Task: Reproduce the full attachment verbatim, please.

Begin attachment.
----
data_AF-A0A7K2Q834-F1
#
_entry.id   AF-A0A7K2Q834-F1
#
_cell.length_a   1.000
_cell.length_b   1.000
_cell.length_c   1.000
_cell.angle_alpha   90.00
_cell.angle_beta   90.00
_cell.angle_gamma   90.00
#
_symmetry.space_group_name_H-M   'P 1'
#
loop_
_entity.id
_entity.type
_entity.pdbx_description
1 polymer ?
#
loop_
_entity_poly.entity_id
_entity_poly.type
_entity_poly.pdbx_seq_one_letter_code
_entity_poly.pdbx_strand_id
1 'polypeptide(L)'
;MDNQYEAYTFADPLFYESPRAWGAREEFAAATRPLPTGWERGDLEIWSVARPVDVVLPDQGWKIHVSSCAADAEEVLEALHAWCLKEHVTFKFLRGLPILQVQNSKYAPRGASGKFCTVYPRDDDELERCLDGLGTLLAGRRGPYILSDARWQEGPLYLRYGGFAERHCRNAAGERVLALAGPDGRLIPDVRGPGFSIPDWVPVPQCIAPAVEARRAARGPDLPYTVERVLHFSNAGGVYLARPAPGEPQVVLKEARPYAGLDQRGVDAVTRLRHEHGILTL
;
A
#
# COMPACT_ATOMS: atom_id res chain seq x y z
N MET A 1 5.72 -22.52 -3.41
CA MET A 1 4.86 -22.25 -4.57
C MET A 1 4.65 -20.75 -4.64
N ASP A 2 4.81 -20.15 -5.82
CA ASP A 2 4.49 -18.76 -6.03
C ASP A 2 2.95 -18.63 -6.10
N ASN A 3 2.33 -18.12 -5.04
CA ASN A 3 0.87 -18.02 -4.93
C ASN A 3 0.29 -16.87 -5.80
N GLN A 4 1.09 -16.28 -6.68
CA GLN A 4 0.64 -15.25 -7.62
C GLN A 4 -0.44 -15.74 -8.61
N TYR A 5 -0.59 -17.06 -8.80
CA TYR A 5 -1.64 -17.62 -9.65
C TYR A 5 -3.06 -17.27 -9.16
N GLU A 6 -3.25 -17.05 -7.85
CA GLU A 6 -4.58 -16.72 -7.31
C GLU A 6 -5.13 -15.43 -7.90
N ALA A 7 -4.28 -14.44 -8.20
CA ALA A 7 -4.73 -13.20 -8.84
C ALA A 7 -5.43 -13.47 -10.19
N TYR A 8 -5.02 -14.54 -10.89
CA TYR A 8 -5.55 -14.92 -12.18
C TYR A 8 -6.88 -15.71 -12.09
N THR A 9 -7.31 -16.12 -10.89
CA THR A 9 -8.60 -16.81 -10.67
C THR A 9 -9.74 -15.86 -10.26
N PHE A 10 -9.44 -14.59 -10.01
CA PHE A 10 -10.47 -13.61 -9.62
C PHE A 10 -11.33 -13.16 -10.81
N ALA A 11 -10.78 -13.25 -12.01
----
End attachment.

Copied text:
data_AF-A0A7K2Q834-F1
#
_entry.id   AF-A0A7K2Q834-F1
#
_cell.length_a   1.000
_cell.length_b   1.000
_cell.length_c   1.000
_cell.angle_alpha   90.00
_cell.angle_beta   90.00
_cell.angle_gamma   90.00
#
_symmetry.space_group_name_H-M   'P 1'
#
loop_
_entity.id
_entity.type
_entity.pdbx_description
1 polymer ?
#
loop_
_entity_poly.entity_id
_entity_poly.type
_entity_poly.pdbx_seq_one_letter_code
_entity_poly.pdbx_strand_id
1 'polypeptide(L)'
;MDNQYEAYTFADPLFYESPRAWGAREEFAAATRPLPTGWERGDLEIWSVARPVDVVLPDQGWKIHVSSCAADAEEVLEALHAWCLKEHVTFKFLRGLPILQVQNSKYAPRGASGKFCTVYPRDDDELERCLDGLGTLLAGRRGPYILSDARWQEGPLYLRYGGFAERHCRNAAGERVLALAGPDGRLIPDVRGPGFSIPDWVPVPQCIAPAVEARRAARGPDLPYTVERVLHFSNAGGVYLARPAPGEPQVVLKEARPYAGLDQRGVDAVTRLRHEHGILTL
;
A
#
# COMPACT_ATOMS: atom_id res chain seq x y z
N MET A 1 5.72 -22.52 -3.41
CA MET A 1 4.86 -22.25 -4.57
C MET A 1 4.65 -20.75 -4.64
N ASP A 2 4.81 -20.15 -5.82
CA ASP A 2 4.49 -18.76 -6.03
C ASP A 2 2.95 -18.63 -6.10
N ASN A 3 2.33 -18.12 -5.04
CA ASN A 3 0.87 -18.02 -4.93
C ASN A 3 0.29 -16.87 -5.80
N GLN A 4 1.09 -16.28 -6.68
CA GLN A 4 0.64 -15.25 -7.62
C GLN A 4 -0.44 -15.74 -8.61
N TYR A 5 -0.59 -17.06 -8.80
CA TYR A 5 -1.64 -17.62 -9.65
C TYR A 5 -3.06 -17.27 -9.16
N GLU A 6 -3.25 -17.05 -7.85
CA GLU A 6 -4.58 -16.72 -7.31
C GLU A 6 -5.13 -15.43 -7.90
N ALA A 7 -4.28 -14.44 -8.20
CA ALA A 7 -4.73 -13.20 -8.84
C ALA A 7 -5.43 -13.47 -10.19
N TYR A 8 -5.02 -14.54 -10.89
CA TYR A 8 -5.55 -14.92 -12.18
C TYR A 8 -6.88 -15.71 -12.09
N THR A 9 -7.31 -16.12 -10.89
CA THR A 9 -8.60 -16.81 -10.67
C THR A 9 -9.74 -15.86 -10.26
N PHE A 10 -9.44 -14.59 -10.01
CA PHE A 10 -10.47 -13.61 -9.62
C PHE A 10 -11.33 -13.16 -10.81
N ALA A 11 -10.78 -13.25 -12.01